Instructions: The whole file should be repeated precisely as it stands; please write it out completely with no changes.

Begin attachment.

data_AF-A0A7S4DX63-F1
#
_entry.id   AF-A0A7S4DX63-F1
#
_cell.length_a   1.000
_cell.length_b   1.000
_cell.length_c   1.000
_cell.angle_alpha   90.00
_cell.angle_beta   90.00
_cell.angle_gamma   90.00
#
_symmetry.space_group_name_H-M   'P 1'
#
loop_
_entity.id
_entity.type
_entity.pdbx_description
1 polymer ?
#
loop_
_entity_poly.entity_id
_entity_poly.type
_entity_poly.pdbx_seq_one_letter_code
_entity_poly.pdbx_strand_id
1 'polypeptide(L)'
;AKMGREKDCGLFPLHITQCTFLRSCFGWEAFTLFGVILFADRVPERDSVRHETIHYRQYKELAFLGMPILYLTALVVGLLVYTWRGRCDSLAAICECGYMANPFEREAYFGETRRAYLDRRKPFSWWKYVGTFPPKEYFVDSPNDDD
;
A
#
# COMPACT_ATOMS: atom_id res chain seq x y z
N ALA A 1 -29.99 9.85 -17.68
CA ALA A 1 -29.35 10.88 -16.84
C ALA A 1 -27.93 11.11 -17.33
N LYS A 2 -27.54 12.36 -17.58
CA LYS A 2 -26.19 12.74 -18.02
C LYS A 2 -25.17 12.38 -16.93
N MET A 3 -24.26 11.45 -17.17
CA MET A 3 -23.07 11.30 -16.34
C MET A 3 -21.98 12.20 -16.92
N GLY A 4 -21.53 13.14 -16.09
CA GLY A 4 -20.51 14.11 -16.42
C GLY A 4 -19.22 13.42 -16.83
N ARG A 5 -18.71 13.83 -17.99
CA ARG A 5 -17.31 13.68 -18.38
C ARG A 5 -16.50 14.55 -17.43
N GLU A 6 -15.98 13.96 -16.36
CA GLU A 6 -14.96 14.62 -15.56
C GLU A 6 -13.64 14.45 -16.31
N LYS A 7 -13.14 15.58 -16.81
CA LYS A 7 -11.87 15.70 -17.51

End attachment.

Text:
data_AF-A0A7S4DX63-F1
#
_entry.id   AF-A0A7S4DX63-F1
#
_cell.length_a   1.000
_cell.length_b   1.000
_cell.length_c   1.000
_cell.angle_alpha   90.00
_cell.angle_beta   90.00
_cell.angle_gamma   90.00
#
_symmetry.space_group_name_H-M   'P 1'
#
loop_
_entity.id
_entity.type
_entity.pdbx_description
1 polymer ?
#
loop_
_entity_poly.entity_id
_entity_poly.type
_entity_poly.pdbx_seq_one_letter_code
_entity_poly.pdbx_strand_id
1 'polypeptide(L)'
;AKMGREKDCGLFPLHITQCTFLRSCFGWEAFTLFGVILFADRVPERDSVRHETIHYRQYKELAFLGMPILYLTALVVGLLVYTWRGRCDSLAAICECGYMANPFEREAYFGETRRAYLDRRKPFSWWKYVGTFPPKEYFVDSPNDDD
;
A
#
# COMPACT_ATOMS: atom_id res chain seq x y z
N ALA A 1 -29.99 9.85 -17.68
CA ALA A 1 -29.35 10.88 -16.84
C ALA A 1 -27.93 11.11 -17.33
N LYS A 2 -27.54 12.36 -17.58
CA LYS A 2 -26.19 12.74 -18.02
C LYS A 2 -25.17 12.38 -16.93
N MET A 3 -24.26 11.45 -17.17
CA MET A 3 -23.07 11.30 -16.34
C MET A 3 -21.98 12.20 -16.92
N GLY A 4 -21.53 13.14 -16.09
CA GLY A 4 -20.51 14.11 -16.42
C GLY A 4 -19.22 13.42 -16.83
N ARG A 5 -18.71 13.83 -17.99
CA ARG A 5 -17.31 13.68 -18.38
C ARG A 5 -16.50 14.55 -17.43
N GLU A 6 -15.98 13.96 -16.36
CA GLU A 6 -14.96 14.62 -15.56
C GLU A 6 -13.64 14.45 -16.31
N LYS A 7 -13.14 15.58 -16.81
CA LYS A 7 -11.87 15.70 -17.51